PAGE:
So you’ve been hearing a lot about this whole ‘inbound marketing’ thing lately. And you’ve probably been sitting there, possibly taking a look through our very own Digital Marketing Guide (check it out here), nodding along and stroking your chin while secretly wondering what the heck is actually going on. What's the difference between inbound and outbound marketing? Right? Right.
When you googled ‘inbound marketing’ you probably got some super dry explanations like ‘the process of attracting the attention of prospects, via content creation, before they are even ready to buy’, or even worse ‘a technique for drawing customers to products and services via content marketing, social media marketing and search engine optimisation’ (thanks Wikipedia for that one).
But what does that even mean!?
The best way to explain inbound marketing is by comparing it to traditional, outbound marketing. It might have a fancy name, but outbound advertising is something we’re all incredibly familiar with: TV and radio ads, flyers, catalogues, magazine and newspaper ads, billboards, cold calls, weekly newsletters, pop ups – all that attention grabby stuff. It’s basically a just a company using marketing tactics to desperately reach a consumer, any consumer.
And here’s the thing about outbound marketing: it’s damn expensive and pretty low yield. Think of how much ad space alone costs, let alone the costs involved in actually coming up with a decent campaign! Marketing budgets in outbound are requiring more and more money. Actually, if you really want to scare yourself, take a look at some of the stats over at WebpageFX, where they’ve broken down some of those expenses for you.
For all the big dollar expenditure and marketing campaigns, outbound advertising doesn’t really get the results. We’re really good at blocking it out, you see. We turn past ads or skip through them, we use adblockers, and during ad breaks we prefer to stare into the fridge, hoping for something better than mustard and parmesan cheese to appear. Outbound advertising washes over us like B.O on a crowded bus: it’s unpleasant, but if we just face the other way and try not to think about it, it’ll go away.
Inbound marketing is different: it doesn’t come to us, we go looking for it.
Inbound marketing is premised on creating an experience that is relevant and helpful to the customer – an experience that they’ve actually gone out of their way to find and engage with. Outbound advertising was all about interrupting what a person was doing, grabbing their attention for half a second and almost immediately getting mentally filtered into the ‘don’t give a shit’ pile.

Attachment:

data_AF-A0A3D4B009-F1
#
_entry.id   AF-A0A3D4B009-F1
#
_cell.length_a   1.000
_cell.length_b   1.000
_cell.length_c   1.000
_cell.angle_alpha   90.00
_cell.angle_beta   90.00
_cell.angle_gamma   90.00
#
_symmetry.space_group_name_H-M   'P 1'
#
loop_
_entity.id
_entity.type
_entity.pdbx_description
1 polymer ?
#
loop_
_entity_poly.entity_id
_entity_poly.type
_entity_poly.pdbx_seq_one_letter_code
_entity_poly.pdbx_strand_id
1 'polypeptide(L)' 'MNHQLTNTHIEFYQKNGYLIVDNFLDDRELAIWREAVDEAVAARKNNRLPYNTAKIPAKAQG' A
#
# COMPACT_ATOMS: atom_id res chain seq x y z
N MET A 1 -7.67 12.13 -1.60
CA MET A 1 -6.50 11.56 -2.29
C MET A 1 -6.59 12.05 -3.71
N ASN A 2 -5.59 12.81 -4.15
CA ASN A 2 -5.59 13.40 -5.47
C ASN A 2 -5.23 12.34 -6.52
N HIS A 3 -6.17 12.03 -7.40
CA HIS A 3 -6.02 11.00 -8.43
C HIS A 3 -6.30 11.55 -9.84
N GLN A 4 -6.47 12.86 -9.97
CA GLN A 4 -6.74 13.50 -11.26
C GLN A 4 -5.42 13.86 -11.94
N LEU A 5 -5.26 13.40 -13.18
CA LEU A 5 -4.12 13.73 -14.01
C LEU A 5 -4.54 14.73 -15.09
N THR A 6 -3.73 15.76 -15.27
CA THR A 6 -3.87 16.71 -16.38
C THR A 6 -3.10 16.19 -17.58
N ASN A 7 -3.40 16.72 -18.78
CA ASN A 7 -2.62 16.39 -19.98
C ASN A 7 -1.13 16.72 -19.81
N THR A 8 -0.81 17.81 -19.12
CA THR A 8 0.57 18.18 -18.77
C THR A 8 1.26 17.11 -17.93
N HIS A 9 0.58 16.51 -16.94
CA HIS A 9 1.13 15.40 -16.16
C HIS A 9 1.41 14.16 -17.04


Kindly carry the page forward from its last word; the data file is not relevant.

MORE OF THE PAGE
Instead of annoying customers into noticing a company, inbound marketing gets them coming to the business by their own initiative, via channels like blogs, search engines, social media and even YouTube. It’s a two-way dialogue rather than a man shouting his opinions at you on the street corner. And the key thing is: inbound marketing is designed with an emphasis on solving the problems that customers might have, offering them advice and tips, answering questions and engaging in conversation.
When you're having trouble working out how to get the perfect loose waves for a first tinder date, you'll google it. Googling it will lead to youtube tutorials on just how to do it. Those youtube tutorials, either created or sponsored by a particular brand, are inbound marketing.
When she’s scrolling through pictures on her Instagram, jealous of her friends in exciting destinations overseas, she’ll see the hashtag #welltravelled and with a simple click she’ll be on the Hershel Supply Co’s Instagram, where the company is using the platform to bring together images of their products and images of the exciting places customers wear their products. Another form of inbound marketing and what's known as user-generated content.
When a University student is looking for a bit of personal and professional development, they'll head to the American Express blog to find out how to get ahead through posts about everything from productivity to leadership to finances. You guessed it, this is inbound marketing too.
Its been in front of you the whole time...
This less pushy approach builds trust in the mind of consumers: they'll no longer see your business as a cash-grubbing, out-for-itself money-maker, but as a company invested in their happiness. Not to mention, the shareability of inbound marketing is high: people love to repost and share content that appeals to them. Anything that makes them laugh or think, anything beautiful or random, anything that helps them or might help out a mate.
If they trust in the brand, consumers are more than happy to turn their lives, including their Facebook and Instagram feeds, into inbound marketing ad space. Their friends, clued on by someone they like and who’s opinion they respect, are in turn much more likely to click the link and be funnelled to the business. And of course, if the content is good enough, this ripple effect just keeps going. And guess what? You didn’t even have to fork out $300,000 for 30 seconds of TV ad time!
Inbound marketing has obvious financial and brand-personality benefits. The key is coming up with the inbound marketing strategy that works best for your brand.